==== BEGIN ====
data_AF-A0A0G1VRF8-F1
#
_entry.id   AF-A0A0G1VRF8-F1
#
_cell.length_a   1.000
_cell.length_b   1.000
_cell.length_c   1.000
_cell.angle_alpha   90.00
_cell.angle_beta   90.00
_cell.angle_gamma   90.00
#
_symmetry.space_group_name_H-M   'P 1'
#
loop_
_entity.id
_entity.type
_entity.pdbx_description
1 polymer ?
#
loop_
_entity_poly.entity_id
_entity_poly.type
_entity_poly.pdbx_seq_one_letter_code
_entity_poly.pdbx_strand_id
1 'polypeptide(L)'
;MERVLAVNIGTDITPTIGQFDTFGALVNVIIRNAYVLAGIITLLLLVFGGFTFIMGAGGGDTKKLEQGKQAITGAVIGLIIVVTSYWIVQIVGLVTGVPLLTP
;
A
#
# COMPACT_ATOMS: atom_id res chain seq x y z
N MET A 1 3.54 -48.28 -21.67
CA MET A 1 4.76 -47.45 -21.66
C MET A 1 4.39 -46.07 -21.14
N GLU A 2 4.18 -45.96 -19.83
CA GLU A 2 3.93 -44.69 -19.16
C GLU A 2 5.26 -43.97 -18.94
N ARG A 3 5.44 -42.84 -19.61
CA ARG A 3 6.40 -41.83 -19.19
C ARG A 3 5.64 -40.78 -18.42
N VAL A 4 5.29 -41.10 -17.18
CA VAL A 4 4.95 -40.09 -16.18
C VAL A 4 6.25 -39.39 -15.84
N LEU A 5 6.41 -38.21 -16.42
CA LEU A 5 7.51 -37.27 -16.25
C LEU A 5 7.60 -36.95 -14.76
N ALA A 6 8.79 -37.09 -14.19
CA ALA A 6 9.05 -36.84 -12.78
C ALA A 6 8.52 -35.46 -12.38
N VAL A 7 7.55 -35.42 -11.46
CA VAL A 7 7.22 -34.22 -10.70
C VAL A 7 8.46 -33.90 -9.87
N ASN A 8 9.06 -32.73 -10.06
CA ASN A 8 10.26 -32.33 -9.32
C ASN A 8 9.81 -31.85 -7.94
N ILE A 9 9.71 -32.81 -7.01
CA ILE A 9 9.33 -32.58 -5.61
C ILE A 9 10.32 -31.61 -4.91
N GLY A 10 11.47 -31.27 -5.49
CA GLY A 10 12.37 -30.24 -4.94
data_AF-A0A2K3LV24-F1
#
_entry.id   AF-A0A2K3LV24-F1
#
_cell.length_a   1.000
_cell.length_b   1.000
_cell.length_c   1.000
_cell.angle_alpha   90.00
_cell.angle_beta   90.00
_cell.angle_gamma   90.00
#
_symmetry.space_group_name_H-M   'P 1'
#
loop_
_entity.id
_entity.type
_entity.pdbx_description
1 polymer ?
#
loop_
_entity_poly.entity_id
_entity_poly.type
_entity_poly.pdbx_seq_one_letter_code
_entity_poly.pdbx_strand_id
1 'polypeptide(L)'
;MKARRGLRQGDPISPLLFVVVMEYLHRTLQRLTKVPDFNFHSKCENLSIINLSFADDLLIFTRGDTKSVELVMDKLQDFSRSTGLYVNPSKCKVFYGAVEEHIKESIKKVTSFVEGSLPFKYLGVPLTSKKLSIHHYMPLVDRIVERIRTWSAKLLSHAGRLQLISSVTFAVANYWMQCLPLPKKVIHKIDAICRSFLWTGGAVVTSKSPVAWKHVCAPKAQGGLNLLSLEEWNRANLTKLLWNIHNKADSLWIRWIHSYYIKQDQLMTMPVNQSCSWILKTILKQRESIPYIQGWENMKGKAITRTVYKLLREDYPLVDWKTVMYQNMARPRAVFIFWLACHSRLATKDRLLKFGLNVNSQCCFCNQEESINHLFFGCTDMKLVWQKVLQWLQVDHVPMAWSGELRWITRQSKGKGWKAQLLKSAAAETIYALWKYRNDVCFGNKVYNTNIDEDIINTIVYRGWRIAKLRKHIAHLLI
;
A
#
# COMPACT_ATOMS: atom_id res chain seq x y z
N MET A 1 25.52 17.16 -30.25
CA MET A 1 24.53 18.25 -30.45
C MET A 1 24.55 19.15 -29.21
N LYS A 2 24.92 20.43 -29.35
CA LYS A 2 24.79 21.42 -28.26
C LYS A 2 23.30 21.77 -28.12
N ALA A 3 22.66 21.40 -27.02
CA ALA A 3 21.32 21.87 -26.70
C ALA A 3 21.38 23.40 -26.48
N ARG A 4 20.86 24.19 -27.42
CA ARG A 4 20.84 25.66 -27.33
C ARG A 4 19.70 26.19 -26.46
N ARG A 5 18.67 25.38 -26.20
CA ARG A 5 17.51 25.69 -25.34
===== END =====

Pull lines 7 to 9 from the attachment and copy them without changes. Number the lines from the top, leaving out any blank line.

_cell.length_c   1.000
_cell.angle_alpha   90.00
_cell.angle_beta   90.00